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Rights Meeting Held Amid Political Attacks

Rights Meeting Held Amid Political Attacks

(AP) - Politicians and U.N. officials told a symposium on human rights in Cambodia

last month that a series of politically motivated attacks proves the country is not

ready for U.N.-sponsored elections.

"We're still suffering as opposition parties," said Ieng Mouly, secretary-general

of the Buddhist Liberal Democratic party. "We're still suffering from intimidation,

from harassment."

Since the start of voter registration in October, U.N. officials have reported about

a dozen grenade and shooting attacks on opposition politicians, their homes or their

offices.

No blame has been established, and the Phnom Penh regime, which controls about 80

percent of the country, denies that it is responsible.

The U.N. mission in Cambodia sponsored the three-day symposium of about 40 international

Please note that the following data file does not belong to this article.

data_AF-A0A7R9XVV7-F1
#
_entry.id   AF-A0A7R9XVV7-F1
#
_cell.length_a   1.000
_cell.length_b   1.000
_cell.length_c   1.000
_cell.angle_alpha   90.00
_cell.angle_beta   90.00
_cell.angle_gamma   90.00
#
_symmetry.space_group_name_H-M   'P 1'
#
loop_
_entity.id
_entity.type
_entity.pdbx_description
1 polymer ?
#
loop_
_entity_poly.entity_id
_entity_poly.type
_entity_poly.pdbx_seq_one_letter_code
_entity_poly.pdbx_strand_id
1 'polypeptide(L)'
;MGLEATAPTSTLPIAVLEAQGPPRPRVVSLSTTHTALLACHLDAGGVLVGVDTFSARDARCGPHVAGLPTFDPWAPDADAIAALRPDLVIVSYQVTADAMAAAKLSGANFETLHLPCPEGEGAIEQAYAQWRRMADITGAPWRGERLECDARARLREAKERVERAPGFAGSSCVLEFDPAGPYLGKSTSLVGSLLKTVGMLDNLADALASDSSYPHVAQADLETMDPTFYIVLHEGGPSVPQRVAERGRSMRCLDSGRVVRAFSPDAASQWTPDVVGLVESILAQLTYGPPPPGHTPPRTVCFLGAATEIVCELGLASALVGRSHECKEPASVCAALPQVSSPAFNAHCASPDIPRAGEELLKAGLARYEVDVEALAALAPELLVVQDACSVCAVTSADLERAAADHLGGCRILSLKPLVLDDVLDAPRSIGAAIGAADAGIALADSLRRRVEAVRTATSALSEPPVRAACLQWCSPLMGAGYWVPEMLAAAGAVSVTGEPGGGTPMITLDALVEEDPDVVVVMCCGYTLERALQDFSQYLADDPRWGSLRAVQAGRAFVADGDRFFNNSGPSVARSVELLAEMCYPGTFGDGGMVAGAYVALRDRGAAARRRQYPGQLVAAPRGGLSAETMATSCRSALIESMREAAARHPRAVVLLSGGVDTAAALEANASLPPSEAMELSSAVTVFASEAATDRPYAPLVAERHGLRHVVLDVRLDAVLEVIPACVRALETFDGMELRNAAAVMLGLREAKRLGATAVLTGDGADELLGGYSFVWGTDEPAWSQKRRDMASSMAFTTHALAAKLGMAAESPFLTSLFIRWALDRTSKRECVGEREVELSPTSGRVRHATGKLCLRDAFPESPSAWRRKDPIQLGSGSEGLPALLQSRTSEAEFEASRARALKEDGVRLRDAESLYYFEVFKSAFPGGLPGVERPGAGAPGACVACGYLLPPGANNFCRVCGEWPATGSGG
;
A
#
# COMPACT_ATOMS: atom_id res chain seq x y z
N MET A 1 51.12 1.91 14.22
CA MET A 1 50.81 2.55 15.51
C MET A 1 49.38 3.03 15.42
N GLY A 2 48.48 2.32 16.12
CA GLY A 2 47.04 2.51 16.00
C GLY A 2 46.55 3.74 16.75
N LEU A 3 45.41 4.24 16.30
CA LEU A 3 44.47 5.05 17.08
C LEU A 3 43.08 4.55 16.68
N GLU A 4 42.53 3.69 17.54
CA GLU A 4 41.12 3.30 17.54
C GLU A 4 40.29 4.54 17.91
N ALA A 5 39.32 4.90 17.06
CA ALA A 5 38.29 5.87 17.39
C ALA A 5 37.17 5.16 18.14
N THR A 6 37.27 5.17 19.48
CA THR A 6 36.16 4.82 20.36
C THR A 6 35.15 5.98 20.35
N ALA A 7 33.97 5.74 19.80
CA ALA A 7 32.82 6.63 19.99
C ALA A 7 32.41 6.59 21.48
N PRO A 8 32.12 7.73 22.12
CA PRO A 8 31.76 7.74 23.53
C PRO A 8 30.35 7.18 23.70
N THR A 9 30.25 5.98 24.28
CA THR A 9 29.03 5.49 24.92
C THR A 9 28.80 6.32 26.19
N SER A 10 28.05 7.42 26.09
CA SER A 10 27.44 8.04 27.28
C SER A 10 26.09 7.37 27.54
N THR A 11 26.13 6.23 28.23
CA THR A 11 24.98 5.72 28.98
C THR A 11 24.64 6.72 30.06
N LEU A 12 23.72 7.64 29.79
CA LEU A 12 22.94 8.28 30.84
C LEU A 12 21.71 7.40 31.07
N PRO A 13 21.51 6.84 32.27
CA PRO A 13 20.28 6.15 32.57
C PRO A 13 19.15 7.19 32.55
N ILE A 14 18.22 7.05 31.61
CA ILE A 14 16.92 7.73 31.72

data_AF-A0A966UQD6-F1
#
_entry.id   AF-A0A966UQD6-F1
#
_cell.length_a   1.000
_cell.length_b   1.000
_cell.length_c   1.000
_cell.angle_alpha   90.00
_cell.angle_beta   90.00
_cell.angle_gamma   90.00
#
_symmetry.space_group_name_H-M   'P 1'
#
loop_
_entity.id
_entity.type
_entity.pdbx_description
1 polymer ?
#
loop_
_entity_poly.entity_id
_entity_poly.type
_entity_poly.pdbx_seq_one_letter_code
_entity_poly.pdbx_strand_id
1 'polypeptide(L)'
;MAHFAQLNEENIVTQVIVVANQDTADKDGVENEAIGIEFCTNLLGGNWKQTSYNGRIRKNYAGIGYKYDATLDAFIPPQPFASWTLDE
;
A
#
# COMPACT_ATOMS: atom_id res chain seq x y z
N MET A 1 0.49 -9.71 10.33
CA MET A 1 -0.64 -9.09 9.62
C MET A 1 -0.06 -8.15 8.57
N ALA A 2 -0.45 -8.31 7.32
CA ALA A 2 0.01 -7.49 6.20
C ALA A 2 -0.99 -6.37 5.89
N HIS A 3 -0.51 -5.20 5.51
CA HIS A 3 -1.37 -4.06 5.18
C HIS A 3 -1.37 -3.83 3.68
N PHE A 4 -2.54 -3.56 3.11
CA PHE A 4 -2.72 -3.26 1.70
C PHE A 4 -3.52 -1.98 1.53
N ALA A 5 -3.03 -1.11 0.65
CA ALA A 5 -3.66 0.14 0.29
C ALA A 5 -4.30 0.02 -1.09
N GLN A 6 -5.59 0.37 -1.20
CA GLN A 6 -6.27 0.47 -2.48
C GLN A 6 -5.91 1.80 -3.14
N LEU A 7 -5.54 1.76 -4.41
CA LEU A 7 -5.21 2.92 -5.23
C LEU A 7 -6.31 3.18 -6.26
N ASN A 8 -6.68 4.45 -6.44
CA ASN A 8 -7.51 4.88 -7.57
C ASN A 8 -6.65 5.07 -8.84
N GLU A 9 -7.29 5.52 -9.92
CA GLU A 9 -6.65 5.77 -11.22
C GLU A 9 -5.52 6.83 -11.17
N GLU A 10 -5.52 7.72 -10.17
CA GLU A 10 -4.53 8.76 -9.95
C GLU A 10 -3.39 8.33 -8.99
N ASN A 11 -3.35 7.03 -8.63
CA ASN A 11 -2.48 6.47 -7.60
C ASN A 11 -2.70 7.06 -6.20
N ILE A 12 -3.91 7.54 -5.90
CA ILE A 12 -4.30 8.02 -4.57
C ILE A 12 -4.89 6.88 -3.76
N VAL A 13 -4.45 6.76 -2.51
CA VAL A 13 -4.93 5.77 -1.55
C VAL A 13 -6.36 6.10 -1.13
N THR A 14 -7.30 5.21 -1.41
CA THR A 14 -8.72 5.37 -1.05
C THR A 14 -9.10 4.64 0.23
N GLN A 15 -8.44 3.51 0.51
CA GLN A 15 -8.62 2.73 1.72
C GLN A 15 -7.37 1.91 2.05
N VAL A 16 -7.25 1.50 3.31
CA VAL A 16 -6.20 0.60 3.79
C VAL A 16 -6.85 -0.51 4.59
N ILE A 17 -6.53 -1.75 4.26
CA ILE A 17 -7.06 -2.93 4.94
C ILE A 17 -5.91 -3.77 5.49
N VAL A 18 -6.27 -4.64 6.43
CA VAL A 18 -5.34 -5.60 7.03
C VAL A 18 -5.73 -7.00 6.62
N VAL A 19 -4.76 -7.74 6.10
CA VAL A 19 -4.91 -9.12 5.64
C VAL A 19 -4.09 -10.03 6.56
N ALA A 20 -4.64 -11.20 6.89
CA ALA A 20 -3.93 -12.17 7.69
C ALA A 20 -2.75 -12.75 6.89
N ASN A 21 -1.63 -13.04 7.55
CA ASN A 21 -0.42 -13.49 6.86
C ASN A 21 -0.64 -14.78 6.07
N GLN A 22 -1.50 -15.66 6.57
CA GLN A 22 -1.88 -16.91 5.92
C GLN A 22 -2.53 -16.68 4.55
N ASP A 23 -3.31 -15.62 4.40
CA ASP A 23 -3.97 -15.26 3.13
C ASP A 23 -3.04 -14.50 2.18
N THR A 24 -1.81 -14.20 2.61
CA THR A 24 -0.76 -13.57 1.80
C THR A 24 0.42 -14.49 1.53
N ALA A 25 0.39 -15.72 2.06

experts and activists from Nov. 30 through Dec. 2 to promote human rights here after

the elections.

"Respect for human rights is a precondition for holding the election,"

Dennis McNamara, U.N. Human Rights director in Cambodia, told the participants from

Asia, the United States and Europe. "We have some way to go before we reach

that."

The U.N. Security Council, however, insists that elections be held as scheduled to

avoid spending more money on what, at U.S. $1.8 billion, is the most expensive peacekeeping

operation ever.

The three factions at the symposium-including the SOC and the non-communist BLDP

and FUNCINPEC-said they too wanted to stick to the May deadline. But they said U.N.

officials must improve the political situation before the voting.

"The U.N. Security Council should take action in order to find a solution,"

said FUNCINPEC's Kan Mann. But neither he nor the other party representatives could

say what that action should be.

Cambodia's fourth faction, the Khmer Rouge, has proposed that U.N. officials give

the factions more power over the SOC administration to end the harassment. The guerrilla

group says it will not cooperate with the U.N. or even attend such U.N.-sponsored

events as the symposium until its proposal is accepted.

The guerrilla group's demand has been rejected because that arrangement was not part

of the peace accord the four factions signed last year.

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